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"Probably the most architecturally significant open-air pool in the country".

The 20th Century Society


London architect, Richard W. H. Jones, designed Saltdean Lido in the ‘International Style’ – an architectural movement that developed in Europe following the First World War. Importantly, it’s Streamlined Moderne’ design encapsulates Britain’s own modernist and social aspirations for creating seaside architecture for the enjoyment of the masses.

Embracing modernity, it’s architecture is  considered to be the apogee of lido design; epitomising some of the best elements of the modernist movement and is regarded by many critics as one of the best surviving examples of lido design in the UK. In 2018 it was named by English Heritage as one of the Seven Wonders of The English Seaside. 


Along with its sister modernist building, the Ocean Hotel, the Lido was designed to be the centrepiece of Saltdean’s seafront.

It was created to elevate Saltdean’s status as a fashionable resort in the competitive 1930s British holiday industry.

Just as the Victorians, 60 years previously, had considered a pier to be an essential element of a seaside resort, by the 1930s, lidos had become an important status symbol for successful resorts.

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"One of the Seven Wonders of the English Seaside".

English Heritage
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This unique Lido was commissioned by the internationalist entrepreneur Charles Neville (1881-1960) to elevate Saltdean’s status in the Golden Age of the seaside holiday.

On Brighton’s eastern border – where the South Downs meets the sea at Saltdean Gap (once the haunt of smugglers) – Neville developed his modern holiday resort in the Garden City model.

The resort was endowed with green spaces, riding stables, tennis courts, access to the sea and plenty of ‘invigorating sea air’. However, in the Golden Age of the seaside holiday, the modernist Saltdean Lido and the Ocean Hotel quickly became the resort’s star attractions and attracted international acclaim.


With modern facilities to rival any pool in Southern England, Saltdean Lido embraced modernity and captured the progressive spirit of leisure time pursuits in 1930s Britain. Meanwhile, it’s sister building, The Ocean Hotel, became the most modern hotel in the UK; setting the template for the resort hotels of the future.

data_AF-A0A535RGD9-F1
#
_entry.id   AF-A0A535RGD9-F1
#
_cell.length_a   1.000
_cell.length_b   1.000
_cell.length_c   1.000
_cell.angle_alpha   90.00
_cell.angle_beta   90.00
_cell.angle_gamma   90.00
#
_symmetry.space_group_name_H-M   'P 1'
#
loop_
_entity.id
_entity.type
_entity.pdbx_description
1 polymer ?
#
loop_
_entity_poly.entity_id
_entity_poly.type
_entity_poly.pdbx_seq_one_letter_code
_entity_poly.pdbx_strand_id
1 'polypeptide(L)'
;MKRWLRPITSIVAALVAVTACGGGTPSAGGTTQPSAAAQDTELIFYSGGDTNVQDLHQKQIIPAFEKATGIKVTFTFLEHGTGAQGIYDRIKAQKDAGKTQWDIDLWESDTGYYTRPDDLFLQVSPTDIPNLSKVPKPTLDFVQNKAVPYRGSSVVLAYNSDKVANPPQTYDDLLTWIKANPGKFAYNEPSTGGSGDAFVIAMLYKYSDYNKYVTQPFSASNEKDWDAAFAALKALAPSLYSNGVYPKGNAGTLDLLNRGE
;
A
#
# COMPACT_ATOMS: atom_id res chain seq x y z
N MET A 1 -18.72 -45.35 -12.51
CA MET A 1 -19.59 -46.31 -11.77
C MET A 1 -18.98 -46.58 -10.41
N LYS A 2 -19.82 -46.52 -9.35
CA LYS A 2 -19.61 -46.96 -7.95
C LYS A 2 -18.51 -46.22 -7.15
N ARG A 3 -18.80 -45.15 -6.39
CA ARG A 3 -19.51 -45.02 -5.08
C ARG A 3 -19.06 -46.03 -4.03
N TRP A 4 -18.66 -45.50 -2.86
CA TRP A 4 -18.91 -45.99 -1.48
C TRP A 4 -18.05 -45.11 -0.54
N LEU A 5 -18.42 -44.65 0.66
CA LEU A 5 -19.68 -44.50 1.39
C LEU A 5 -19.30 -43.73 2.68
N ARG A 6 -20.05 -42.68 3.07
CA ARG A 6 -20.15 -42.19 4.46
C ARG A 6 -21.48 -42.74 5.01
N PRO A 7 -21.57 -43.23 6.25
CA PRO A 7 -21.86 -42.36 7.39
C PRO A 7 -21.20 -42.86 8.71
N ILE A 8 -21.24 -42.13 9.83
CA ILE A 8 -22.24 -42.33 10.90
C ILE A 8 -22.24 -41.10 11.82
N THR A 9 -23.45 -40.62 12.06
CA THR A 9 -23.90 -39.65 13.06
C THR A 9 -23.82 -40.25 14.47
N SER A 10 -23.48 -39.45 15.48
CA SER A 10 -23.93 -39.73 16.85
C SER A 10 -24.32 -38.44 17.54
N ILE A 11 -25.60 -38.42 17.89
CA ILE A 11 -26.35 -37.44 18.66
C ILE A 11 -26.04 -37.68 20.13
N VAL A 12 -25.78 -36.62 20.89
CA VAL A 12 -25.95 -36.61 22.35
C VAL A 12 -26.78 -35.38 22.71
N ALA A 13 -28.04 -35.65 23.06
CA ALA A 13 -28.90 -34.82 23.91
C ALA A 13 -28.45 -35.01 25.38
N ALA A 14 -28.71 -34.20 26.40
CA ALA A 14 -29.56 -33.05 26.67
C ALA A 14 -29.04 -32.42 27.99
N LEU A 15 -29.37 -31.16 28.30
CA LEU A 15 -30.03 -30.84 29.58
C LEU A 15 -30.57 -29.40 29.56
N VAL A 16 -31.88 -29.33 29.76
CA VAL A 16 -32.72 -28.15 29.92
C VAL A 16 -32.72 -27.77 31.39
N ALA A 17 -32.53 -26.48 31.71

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GROUNDS: The exterior grounds include a unique crescent shaped pool tank (measuring 140ft by 66ft) and paddling pool. In 1997, the tank was divided into two halves and infilled with concrete to create an artificial beach. As part of our first phase of restoration works, the CIC re-instated the integrity of the single tank and have recreated the cascade fountain to its original design. The pool is surrounded by sunbathing lawns and can accommodate up to 500 bathers.

THE BUILDING: To the pool’s north stands the main two storey building which houses the lido’s facilities. The external fabric of the building retains most of its original features. These details include distinctive curvilinear wings and sunbathing decks which flank either side of the central rotunda. The façade is reminiscent of the bow of a ship (typical of the streamlined modern style), and uses load-bearing techniques developed in this period to give the design a lightness of appearance. The nautical theme is completed with tubular railings and an exhaust chimney echoing the front profile of a ship’s funnel. The overall scheme by Richard W. H. Jones gave bathers the impression of being on board a ship ready to set sail.

CONSTRUCTION: The construction was fairly radical for its time, using in situ reinforced concrete in the construction of walls measuring only 5 to 6 inches in thickness, and only using columns across wide spans. Brighton & Hove City Council extended the building in 1963 as part of a major refurbishment to incorporate the library and community areas.

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